V. Discussion and Conclusions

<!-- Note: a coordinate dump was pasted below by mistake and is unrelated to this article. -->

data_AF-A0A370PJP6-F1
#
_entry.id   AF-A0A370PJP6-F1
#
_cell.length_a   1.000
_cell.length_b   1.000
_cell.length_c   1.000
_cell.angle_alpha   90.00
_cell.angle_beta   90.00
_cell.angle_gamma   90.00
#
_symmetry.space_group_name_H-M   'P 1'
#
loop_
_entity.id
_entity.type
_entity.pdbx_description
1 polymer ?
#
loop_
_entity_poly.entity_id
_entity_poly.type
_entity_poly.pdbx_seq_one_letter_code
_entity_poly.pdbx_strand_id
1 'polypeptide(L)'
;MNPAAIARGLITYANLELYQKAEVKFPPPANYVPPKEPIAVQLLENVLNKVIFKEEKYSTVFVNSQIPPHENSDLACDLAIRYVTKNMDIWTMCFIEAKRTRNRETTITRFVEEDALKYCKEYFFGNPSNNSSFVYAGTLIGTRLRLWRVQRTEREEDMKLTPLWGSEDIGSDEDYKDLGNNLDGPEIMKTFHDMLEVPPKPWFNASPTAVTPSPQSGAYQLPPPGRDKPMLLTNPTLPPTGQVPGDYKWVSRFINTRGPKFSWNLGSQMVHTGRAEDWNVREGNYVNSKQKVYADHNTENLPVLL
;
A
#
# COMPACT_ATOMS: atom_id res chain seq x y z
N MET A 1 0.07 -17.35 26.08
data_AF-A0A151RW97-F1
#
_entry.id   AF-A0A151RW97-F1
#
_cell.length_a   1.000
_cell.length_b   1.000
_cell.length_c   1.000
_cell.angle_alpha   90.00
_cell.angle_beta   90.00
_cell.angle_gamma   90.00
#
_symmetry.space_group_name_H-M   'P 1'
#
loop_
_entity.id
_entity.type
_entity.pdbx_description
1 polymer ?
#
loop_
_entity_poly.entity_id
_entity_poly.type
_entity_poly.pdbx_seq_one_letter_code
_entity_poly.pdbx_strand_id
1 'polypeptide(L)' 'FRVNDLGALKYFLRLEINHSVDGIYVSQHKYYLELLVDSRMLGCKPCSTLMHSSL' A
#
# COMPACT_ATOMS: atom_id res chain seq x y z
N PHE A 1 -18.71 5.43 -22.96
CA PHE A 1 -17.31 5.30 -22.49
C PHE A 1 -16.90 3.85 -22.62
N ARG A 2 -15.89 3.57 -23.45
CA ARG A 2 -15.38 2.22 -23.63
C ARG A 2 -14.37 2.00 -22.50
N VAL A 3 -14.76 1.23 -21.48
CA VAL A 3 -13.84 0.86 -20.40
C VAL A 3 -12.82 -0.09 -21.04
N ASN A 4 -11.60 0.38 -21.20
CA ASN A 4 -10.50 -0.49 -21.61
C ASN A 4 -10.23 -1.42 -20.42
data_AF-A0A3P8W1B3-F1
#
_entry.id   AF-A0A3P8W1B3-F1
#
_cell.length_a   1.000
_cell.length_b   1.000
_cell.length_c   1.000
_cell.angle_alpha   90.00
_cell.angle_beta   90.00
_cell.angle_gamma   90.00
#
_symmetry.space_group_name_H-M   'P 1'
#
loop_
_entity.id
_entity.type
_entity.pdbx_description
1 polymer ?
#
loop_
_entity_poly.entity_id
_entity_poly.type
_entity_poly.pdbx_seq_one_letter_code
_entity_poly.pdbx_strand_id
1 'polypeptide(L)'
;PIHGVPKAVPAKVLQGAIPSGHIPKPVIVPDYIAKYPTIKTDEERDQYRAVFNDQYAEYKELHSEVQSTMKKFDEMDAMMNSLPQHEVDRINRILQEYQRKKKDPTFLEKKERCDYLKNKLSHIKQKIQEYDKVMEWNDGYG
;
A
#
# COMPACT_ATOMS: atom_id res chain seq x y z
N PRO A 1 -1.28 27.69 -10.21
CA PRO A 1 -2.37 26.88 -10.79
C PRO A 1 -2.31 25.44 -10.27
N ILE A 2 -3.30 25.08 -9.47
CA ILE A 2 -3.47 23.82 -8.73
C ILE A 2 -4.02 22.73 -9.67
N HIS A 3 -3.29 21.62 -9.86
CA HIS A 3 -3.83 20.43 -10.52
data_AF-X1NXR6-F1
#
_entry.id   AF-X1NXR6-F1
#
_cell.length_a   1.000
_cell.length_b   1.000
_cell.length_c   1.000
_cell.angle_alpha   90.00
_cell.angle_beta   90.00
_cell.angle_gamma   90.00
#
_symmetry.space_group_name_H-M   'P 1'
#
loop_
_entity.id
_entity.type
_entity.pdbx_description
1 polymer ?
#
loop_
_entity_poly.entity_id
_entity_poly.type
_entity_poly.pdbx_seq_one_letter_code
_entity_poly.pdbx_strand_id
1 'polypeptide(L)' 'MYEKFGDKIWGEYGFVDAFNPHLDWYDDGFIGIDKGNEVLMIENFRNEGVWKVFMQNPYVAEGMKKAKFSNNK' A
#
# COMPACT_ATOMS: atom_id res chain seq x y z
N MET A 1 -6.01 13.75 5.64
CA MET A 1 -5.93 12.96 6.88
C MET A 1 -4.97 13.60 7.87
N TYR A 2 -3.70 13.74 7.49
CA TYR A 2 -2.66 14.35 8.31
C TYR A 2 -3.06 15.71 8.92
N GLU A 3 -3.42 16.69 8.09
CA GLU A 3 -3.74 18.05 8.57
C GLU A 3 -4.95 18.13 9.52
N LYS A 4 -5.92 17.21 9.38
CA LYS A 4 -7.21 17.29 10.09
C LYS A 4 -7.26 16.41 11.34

The results of this study clearly indicate that it is feasible to separate emulsion and suspension PVC powders based on spectral data obtained using the Brimrose AOTF-NIR Luminar 2030 Free Space spectrometer. Despite the fact that the 2 compounds being separated are the same PVC polymer powder in different forms, the spectral differences are clear and discernible. The Brimrose AOTF-NIR spectrometer is the ideal tool for an on-line industrial process because of its high scanning speed, low signal-to-noise ratio, and lack of moving parts. The AOTF technology would allow for real-time on-line detection of emulsion and suspension PVC powder at a rate of about 5 seconds per reading. The Free Space optical head can be mounted above the process line and no contact will be made with the powder. Past experience has shown that a calibration model created from laboratory data can easily be transferred to a real-time, on-line situation. Classification is relatively simple in this case and there is no question that a calibration model can be created in the laboratory and then used to distinguish between powder types in the industrial process line. The spectral differences are more pronounced in the first derivative spectra but it is important to maintain good signal-to-noise ratio. In any case, the spectral differences are large enough in both the absorbance and first derivative spectra that both types of spectra can be used for modeling. Overall, the results of this study were excellent and clearly proved that emulsion and suspension PVC powders can be separated using spectral data collected using the Brimrose AOTF-NIR Free Space spectrometer.